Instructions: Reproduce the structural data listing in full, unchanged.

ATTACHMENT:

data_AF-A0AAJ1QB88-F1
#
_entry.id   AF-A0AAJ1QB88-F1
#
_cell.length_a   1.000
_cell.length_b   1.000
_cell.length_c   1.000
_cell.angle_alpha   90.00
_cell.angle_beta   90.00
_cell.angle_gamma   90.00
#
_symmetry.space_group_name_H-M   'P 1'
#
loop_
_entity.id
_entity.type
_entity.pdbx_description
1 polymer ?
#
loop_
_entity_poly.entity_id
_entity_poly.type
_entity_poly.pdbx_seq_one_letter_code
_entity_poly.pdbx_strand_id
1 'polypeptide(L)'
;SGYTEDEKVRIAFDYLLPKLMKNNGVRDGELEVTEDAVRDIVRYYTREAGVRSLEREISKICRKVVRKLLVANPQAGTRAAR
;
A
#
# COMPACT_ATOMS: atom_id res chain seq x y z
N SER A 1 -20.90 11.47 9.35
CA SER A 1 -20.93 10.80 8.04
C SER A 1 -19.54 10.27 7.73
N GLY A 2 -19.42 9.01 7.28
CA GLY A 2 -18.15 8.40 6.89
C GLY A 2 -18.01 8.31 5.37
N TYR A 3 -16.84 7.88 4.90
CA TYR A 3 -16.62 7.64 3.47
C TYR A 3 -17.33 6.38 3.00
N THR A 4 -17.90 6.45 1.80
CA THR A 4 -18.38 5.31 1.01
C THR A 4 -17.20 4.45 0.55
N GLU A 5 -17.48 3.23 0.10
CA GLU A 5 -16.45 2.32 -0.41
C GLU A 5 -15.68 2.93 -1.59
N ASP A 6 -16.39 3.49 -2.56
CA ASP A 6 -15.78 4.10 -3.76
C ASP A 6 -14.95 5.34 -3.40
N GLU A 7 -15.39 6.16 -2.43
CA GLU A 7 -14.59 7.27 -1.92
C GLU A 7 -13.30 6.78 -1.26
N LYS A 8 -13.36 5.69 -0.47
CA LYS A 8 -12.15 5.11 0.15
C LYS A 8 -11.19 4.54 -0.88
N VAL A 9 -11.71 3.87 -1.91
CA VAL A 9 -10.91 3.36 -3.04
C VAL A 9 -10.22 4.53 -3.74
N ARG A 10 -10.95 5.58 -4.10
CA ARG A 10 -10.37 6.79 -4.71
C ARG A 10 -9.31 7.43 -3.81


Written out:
data_AF-A0AAJ1QB88-F1
#
_entry.id   AF-A0AAJ1QB88-F1
#
_cell.length_a   1.000
_cell.length_b   1.000
_cell.length_c   1.000
_cell.angle_alpha   90.00
_cell.angle_beta   90.00
_cell.angle_gamma   90.00
#
_symmetry.space_group_name_H-M   'P 1'
#
loop_
_entity.id
_entity.type
_entity.pdbx_description
1 polymer ?
#
loop_
_entity_poly.entity_id
_entity_poly.type
_entity_poly.pdbx_seq_one_letter_code
_entity_poly.pdbx_strand_id
1 'polypeptide(L)'
;SGYTEDEKVRIAFDYLLPKLMKNNGVRDGELEVTEDAVRDIVRYYTREAGVRSLEREISKICRKVVRKLLVANPQAGTRAAR
;
A
#
# COMPACT_ATOMS: atom_id res chain seq x y z
N SER A 1 -20.90 11.47 9.35
CA SER A 1 -20.93 10.80 8.04
C SER A 1 -19.54 10.27 7.73
N GLY A 2 -19.42 9.01 7.28
CA GLY A 2 -18.15 8.40 6.89
C GLY A 2 -18.01 8.31 5.37
N TYR A 3 -16.84 7.88 4.90
CA TYR A 3 -16.62 7.64 3.47
C TYR A 3 -17.33 6.38 3.00
N THR A 4 -17.90 6.45 1.80
CA THR A 4 -18.38 5.31 1.01
C THR A 4 -17.20 4.45 0.55
N GLU A 5 -17.48 3.23 0.10
CA GLU A 5 -16.45 2.32 -0.41
C GLU A 5 -15.68 2.93 -1.59
N ASP A 6 -16.39 3.49 -2.56
CA ASP A 6 -15.78 4.10 -3.76
C ASP A 6 -14.95 5.34 -3.40
N GLU A 7 -15.39 6.16 -2.43
CA GLU A 7 -14.59 7.27 -1.92
C GLU A 7 -13.30 6.78 -1.26
N LYS A 8 -13.36 5.69 -0.47
CA LYS A 8 -12.15 5.11 0.15
C LYS A 8 -11.19 4.54 -0.88
N VAL A 9 -11.71 3.87 -1.91
CA VAL A 9 -10.91 3.36 -3.04
C VAL A 9 -10.22 4.53 -3.74
N ARG A 10 -10.95 5.58 -4.10
CA ARG A 10 -10.37 6.79 -4.71
C ARG A 10 -9.31 7.43 -3.81